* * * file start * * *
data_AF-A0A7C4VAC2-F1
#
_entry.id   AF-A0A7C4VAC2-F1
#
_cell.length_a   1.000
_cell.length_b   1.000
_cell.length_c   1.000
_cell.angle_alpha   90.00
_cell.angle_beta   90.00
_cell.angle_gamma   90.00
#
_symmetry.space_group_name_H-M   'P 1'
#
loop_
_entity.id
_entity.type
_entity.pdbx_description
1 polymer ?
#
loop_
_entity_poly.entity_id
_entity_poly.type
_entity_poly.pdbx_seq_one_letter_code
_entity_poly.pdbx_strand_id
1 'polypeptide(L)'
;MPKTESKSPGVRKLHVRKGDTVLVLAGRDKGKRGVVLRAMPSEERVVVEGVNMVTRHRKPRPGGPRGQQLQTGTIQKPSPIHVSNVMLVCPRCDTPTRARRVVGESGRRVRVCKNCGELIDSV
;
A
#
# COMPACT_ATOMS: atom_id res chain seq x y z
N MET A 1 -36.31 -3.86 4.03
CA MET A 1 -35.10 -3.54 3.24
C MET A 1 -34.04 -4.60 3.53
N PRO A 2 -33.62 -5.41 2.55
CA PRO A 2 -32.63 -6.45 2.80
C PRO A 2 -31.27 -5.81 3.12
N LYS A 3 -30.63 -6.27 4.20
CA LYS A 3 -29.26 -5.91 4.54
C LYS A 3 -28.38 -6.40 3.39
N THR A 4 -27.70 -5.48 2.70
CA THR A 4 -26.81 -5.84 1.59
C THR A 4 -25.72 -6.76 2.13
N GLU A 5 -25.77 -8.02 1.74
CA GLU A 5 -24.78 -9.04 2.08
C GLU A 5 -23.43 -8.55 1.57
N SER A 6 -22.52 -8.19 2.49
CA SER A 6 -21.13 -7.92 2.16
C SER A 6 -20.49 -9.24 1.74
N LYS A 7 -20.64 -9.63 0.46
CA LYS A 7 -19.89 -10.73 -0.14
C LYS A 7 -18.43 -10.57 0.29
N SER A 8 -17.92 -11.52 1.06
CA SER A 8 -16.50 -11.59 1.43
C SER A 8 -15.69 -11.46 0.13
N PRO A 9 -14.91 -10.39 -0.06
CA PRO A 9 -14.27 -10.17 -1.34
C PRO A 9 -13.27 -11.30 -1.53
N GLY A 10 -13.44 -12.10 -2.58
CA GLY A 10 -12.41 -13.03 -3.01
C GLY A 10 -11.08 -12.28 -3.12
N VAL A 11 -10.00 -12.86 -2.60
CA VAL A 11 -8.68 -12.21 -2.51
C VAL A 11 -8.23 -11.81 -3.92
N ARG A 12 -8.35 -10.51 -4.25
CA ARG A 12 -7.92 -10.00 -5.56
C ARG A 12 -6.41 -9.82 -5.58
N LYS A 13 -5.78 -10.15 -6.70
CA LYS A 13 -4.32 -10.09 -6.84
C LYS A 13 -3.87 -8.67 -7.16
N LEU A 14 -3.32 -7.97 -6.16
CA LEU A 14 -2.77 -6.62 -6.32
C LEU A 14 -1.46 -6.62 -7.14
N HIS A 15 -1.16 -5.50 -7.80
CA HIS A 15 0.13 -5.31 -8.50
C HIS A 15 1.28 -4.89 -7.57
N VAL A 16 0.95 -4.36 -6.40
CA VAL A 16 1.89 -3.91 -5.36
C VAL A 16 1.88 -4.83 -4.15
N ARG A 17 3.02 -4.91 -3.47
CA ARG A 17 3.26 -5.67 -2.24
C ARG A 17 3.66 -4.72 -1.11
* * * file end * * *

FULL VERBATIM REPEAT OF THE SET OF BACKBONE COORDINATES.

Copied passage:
data_AF-A0A7C4VAC2-F1
#
_entry.id   AF-A0A7C4VAC2-F1
#
_cell.length_a   1.000
_cell.length_b   1.000
_cell.length_c   1.000
_cell.angle_alpha   90.00
_cell.angle_beta   90.00
_cell.angle_gamma   90.00
#
_symmetry.space_group_name_H-M   'P 1'
#
loop_
_entity.id
_entity.type
_entity.pdbx_description
1 polymer ?
#
loop_
_entity_poly.entity_id
_entity_poly.type
_entity_poly.pdbx_seq_one_letter_code
_entity_poly.pdbx_strand_id
1 'polypeptide(L)'
;MPKTESKSPGVRKLHVRKGDTVLVLAGRDKGKRGVVLRAMPSEERVVVEGVNMVTRHRKPRPGGPRGQQLQTGTIQKPSPIHVSNVMLVCPRCDTPTRARRVVGESGRRVRVCKNCGELIDSV
;
A
#
# COMPACT_ATOMS: atom_id res chain seq x y z
N MET A 1 -36.31 -3.86 4.03
CA MET A 1 -35.10 -3.54 3.24
C MET A 1 -34.04 -4.60 3.53
N PRO A 2 -33.62 -5.41 2.55
CA PRO A 2 -32.63 -6.45 2.80
C PRO A 2 -31.27 -5.81 3.12
N LYS A 3 -30.63 -6.27 4.20
CA LYS A 3 -29.26 -5.91 4.54
C LYS A 3 -28.38 -6.40 3.39
N THR A 4 -27.70 -5.48 2.70
CA THR A 4 -26.81 -5.84 1.59
C THR A 4 -25.72 -6.76 2.13
N GLU A 5 -25.77 -8.02 1.74
CA GLU A 5 -24.78 -9.04 2.08
C GLU A 5 -23.43 -8.55 1.57
N SER A 6 -22.52 -8.19 2.49
CA SER A 6 -21.13 -7.92 2.16
C SER A 6 -20.49 -9.24 1.74
N LYS A 7 -20.64 -9.63 0.46
CA LYS A 7 -19.89 -10.73 -0.14
C LYS A 7 -18.43 -10.57 0.29
N SER A 8 -17.92 -11.52 1.06
CA SER A 8 -16.50 -11.59 1.43
C SER A 8 -15.69 -11.46 0.13
N PRO A 9 -14.91 -10.39 -0.06
CA PRO A 9 -14.27 -10.17 -1.34
C PRO A 9 -13.27 -11.30 -1.53
N GLY A 10 -13.44 -12.10 -2.58
CA GLY A 10 -12.41 -13.03 -3.01
C GLY A 10 -11.08 -12.28 -3.12
N VAL A 11 -10.00 -12.86 -2.60
CA VAL A 11 -8.68 -12.21 -2.51
C VAL A 11 -8.23 -11.81 -3.92
N ARG A 12 -8.35 -10.51 -4.25
CA ARG A 12 -7.92 -10.00 -5.56
C ARG A 12 -6.41 -9.82 -5.58
N LYS A 13 -5.78 -10.15 -6.70
CA LYS A 13 -4.32 -10.09 -6.84
C LYS A 13 -3.87 -8.67 -7.16
N LEU A 14 -3.32 -7.97 -6.16
CA LEU A 14 -2.77 -6.62 -6.32
C LEU A 14 -1.46 -6.62 -7.14
N HIS A 15 -1.16 -5.50 -7.80
CA HIS A 15 0.13 -5.31 -8.50
C HIS A 15 1.28 -4.89 -7.57
N VAL A 16 0.95 -4.36 -6.40
CA VAL A 16 1.89 -3.91 -5.36
C VAL A 16 1.88 -4.83 -4.15
N ARG A 17 3.02 -4.91 -3.47
CA ARG A 17 3.26 -5.67 -2.24
C ARG A 17 3.66 -4.72 -1.11